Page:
Articles Posted in dangerous drugs

Yates v. Ortho-McNeil-Janssen Pharma., Inc, a case from the United States Court of Appeals for the Sixth Circuit, involves a plaintiff who began going to her OB/GYN when she was 17 years old in 2004. She first went to the doctor because she was sexually active and was experiencing menstrual cramps.

untitled-1238929-mHer doctor spoke with her about her choices for contraceptives and discussed the risks associated with each of the options.   One of the choices for birth control was ORTHO EVRA and another was Depo-Provera. The doctor testified that she customarily warned all patients about the risks of taking birth control before writing a prescription. Continue reading

According to a recent news article from the Washington Post, a federal watch group reports the United States Food and Drug Administration (FDA) exercised “lax” judgment and made “questionable” decisions to be accommodating to the pharmaceutical maker Boehringer Ingelheim when reviewing its application for the anticlotting medication known as Pradaxa.

pillsSome of the specific claims were that FDA set loose safety standards for use during the drug company’s human clinical trials for Pradaxa and also that FDA did not require manufacturer to provide a complete and appropriate warning to prospective patients about the health risks of Pradaxa. Continue reading

Brinkley v. Pliva, Inc., a defective drugs case from the United States Court of Appeals for the Eighth Circuit, involved plaintiff whose doctor prescribed the brand-name drug Reglan to treat her Gastro Esophageal Reflux Disease (GERD). Plaintiff’s pharmacist substituted the generic drug metoclopramide, which was manufactured by defendant. This occurred in 2002.

medication pills.jpgPursuant to Federal Food Drug, and Cosmetic Act (FDCA), manufacturers of generic medications are required to prove their drugs are the same as the brand-name equivalent in design and labeling. Generic drug makers are not permitted to add any additional warnings.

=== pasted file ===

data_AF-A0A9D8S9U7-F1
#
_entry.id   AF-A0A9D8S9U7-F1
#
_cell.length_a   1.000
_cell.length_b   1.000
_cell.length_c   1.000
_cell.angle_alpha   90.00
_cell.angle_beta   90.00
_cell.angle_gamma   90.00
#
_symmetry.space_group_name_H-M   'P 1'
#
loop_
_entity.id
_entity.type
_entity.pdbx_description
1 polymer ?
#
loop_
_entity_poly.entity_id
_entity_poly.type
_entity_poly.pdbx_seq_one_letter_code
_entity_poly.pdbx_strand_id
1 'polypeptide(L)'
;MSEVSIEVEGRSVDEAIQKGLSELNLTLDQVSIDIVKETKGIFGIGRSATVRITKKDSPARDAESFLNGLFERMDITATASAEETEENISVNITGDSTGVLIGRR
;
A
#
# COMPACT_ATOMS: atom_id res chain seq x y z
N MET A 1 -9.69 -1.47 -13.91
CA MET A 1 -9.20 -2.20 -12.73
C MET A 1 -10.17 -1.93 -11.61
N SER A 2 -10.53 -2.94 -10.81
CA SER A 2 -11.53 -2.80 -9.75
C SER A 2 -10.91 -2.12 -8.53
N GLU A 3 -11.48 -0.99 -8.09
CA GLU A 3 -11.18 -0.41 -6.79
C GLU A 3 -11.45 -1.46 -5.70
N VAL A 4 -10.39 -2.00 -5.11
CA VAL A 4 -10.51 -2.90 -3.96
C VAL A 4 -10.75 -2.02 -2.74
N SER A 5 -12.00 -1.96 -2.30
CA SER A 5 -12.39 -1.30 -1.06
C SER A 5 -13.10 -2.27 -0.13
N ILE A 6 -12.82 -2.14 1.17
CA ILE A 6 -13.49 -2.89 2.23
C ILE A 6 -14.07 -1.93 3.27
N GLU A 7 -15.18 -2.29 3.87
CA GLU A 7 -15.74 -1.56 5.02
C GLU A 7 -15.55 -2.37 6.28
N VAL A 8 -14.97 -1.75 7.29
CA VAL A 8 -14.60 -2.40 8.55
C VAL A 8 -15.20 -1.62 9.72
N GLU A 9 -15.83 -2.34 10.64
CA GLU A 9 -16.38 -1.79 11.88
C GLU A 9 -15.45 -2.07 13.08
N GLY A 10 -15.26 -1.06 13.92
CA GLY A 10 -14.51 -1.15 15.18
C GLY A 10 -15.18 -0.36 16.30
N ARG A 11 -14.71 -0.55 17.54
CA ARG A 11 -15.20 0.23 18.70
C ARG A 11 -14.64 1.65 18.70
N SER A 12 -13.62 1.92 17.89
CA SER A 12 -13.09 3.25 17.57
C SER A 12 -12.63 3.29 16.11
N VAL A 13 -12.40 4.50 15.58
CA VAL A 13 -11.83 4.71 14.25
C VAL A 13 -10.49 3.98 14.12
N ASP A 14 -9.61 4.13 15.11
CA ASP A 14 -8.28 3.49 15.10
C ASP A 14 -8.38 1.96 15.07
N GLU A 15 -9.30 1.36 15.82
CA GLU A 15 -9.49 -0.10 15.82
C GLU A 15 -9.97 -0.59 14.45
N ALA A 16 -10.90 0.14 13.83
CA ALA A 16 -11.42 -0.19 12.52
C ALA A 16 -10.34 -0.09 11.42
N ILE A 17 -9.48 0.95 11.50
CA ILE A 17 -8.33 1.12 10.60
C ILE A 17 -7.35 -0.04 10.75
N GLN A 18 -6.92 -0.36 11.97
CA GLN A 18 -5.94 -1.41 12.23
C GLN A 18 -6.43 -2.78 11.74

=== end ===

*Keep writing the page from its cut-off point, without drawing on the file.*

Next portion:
In 2004, the United States Food and Drug Administration (FDA) approved the Reglan maker’s request to add two additional bold statements to the labeling warning the product should not be taken for more than 12 weeks. Defendant did not add these additional warnings to its generic product.
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According to a recent news article from CBS Boston, the founders of a Framingham compounding pharmacy and 12 other employees have been charged with racketeering and second-degree murder.

caduceus-1219484-m.jpgCourt papers indicated the compounding pharmacy was only licensed to manufacture small numbers of specific drugs for individual patients. This is the same pharmacy that was linked to a 2012 meningitis outbreak allegedly caused by tainted steroids made by defendants. In that incident, 64 people died and 750 more became seriously ill after taking the drugs.

As part of an investigation into this defective drug manufacturing incident, authorities found records filled with obviously fake names of patients such as “Bud Weiser,” “Filet O’fish,” and “Baby Jesus.” There were instructions by company founders that the names used in official logs should resemble real names and not be obviously false, though it appears employees did not follow this advice. The fake names are part of an alleged plan to defraud the FDA and avoid reporting requirements.
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Drug manufacturers have an obligation to alert patients to any potential side effects associated with a particular medication. However, because of the way the laws are written, those who make and distribute generic drugs are actually prevented by law from alerting the public to potential problems.

The U.S. Food and Drug Administration (FDA) has been considering making a change to remove this limitation and allow generic drug manufacturers to issue warnings. This could also mean these entities might face liability if those warnings are later shown to be inadequate.

However, according to the Wall Street Journal, the FDA ultimately decided to delay its new final rule addressing the issue. medication pills.jpg

A Boston dangerous drug lawyer knows consumers deserve to understand the risk they assume when they take any medication. Drug warning labels should provide comprehensive data on potential side effects that could present a risk to patient health. Additionally, there needs to be accountability when drugs cause dangerous side effects.
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A plaintiff attorney’s failure to register for the multi-district litigation’s case management/electronic case file system resulted in the dismissal of the plaintiff’s case against the makers of menopause drug Prempro. The decision was recently upheld by the U.S. Court of Appeals for the Eighth Circuit in Freeman v. Wyeth, et al..